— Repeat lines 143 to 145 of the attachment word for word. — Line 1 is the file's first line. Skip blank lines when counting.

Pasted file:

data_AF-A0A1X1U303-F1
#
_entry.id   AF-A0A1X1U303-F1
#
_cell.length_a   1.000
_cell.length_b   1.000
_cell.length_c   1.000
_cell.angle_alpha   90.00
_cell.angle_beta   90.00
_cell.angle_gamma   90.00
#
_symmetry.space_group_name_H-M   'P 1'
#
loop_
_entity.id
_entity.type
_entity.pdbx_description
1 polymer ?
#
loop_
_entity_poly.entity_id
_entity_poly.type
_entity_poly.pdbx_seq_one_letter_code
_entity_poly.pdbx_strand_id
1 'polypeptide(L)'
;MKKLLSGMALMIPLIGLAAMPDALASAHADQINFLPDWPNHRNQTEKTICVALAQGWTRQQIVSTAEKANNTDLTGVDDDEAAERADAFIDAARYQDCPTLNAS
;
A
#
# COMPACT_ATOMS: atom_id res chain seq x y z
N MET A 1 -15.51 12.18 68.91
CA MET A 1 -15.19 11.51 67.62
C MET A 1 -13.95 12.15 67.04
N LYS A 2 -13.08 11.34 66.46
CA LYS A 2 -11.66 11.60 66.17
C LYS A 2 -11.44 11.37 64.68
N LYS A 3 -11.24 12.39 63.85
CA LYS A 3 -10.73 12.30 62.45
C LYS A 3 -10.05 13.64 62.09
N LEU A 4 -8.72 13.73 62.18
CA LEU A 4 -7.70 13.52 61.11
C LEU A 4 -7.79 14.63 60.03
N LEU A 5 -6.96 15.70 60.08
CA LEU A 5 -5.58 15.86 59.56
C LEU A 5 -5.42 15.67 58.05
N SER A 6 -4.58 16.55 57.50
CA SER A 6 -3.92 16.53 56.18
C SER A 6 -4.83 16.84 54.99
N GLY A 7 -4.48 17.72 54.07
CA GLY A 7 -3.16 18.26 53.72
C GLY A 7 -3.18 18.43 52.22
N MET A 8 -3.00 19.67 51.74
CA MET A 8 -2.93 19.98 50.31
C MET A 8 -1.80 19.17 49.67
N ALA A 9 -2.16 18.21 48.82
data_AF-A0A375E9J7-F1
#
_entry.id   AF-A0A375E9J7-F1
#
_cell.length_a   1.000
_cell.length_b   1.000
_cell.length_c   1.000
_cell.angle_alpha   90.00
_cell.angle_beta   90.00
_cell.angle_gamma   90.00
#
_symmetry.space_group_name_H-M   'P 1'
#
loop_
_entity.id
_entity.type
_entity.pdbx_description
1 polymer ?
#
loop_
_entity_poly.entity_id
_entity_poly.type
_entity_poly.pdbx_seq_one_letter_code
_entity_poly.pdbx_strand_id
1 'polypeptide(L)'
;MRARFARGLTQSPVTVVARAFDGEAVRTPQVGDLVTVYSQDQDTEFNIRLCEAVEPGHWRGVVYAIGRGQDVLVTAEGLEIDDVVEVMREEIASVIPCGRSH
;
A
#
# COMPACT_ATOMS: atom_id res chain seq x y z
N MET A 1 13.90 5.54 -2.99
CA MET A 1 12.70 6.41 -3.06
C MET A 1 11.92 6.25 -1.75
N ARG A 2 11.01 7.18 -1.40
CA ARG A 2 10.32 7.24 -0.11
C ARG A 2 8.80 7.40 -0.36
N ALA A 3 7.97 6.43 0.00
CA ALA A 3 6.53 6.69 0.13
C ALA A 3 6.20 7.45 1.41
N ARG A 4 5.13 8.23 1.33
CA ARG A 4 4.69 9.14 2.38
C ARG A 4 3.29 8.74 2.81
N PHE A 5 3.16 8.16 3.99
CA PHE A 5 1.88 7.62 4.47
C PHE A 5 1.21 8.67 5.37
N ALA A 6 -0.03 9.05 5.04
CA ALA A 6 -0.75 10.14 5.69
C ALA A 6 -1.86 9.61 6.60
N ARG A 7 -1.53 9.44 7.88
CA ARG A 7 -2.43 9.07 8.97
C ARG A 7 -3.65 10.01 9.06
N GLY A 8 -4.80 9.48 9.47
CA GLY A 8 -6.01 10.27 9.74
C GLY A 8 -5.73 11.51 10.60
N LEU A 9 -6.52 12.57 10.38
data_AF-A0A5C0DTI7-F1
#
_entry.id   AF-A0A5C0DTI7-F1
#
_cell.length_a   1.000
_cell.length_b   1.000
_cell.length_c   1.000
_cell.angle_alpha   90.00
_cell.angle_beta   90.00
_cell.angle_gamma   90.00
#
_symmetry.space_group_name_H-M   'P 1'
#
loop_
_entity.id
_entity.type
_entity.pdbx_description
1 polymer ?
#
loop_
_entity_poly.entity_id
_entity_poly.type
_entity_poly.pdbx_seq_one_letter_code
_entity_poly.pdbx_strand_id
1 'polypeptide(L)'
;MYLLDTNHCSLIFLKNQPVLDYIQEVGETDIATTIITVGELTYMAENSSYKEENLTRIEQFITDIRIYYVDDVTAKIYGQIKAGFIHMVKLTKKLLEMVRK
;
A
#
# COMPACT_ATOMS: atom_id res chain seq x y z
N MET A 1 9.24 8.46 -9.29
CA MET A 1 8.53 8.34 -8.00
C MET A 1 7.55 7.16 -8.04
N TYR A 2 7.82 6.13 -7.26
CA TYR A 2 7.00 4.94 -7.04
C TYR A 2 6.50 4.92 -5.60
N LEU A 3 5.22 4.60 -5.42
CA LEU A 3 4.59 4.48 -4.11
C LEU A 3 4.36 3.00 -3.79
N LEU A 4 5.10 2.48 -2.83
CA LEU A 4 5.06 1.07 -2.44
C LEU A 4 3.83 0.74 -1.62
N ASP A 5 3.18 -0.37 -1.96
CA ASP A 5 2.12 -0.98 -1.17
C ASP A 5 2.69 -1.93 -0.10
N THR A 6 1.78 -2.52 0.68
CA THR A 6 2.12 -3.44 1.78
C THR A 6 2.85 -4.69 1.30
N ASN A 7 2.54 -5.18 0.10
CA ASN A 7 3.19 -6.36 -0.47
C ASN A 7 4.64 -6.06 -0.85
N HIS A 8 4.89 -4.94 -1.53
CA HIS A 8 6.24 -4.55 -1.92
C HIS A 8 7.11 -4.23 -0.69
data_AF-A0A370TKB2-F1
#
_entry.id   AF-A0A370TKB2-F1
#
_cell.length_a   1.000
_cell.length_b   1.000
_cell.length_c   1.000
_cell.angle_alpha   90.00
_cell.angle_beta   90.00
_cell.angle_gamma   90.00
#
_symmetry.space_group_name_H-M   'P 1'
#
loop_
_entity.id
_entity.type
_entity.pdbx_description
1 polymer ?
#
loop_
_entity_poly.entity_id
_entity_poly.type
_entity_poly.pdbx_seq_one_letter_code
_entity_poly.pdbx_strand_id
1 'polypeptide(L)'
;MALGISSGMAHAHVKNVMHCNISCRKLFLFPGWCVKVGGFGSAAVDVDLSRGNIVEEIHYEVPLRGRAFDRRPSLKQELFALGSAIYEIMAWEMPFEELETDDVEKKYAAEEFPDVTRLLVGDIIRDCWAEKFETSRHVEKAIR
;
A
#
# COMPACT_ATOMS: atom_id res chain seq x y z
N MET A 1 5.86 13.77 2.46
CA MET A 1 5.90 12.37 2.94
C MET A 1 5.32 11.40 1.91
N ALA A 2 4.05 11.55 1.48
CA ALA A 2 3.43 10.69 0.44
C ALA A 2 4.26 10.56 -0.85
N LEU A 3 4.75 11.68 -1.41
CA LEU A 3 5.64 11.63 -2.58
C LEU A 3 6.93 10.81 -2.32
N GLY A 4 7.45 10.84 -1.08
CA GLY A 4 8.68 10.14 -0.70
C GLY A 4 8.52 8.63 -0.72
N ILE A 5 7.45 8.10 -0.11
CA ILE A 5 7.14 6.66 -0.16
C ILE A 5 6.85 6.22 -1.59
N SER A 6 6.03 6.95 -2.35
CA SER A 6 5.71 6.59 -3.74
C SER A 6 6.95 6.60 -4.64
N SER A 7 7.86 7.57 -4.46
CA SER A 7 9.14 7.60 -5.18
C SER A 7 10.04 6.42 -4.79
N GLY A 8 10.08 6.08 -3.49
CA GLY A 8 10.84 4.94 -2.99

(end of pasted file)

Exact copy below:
C MET A 1 7.55 7.16 -8.04
N TYR A 2 7.82 6.13 -7.26
CA TYR A 2 7.00 4.94 -7.04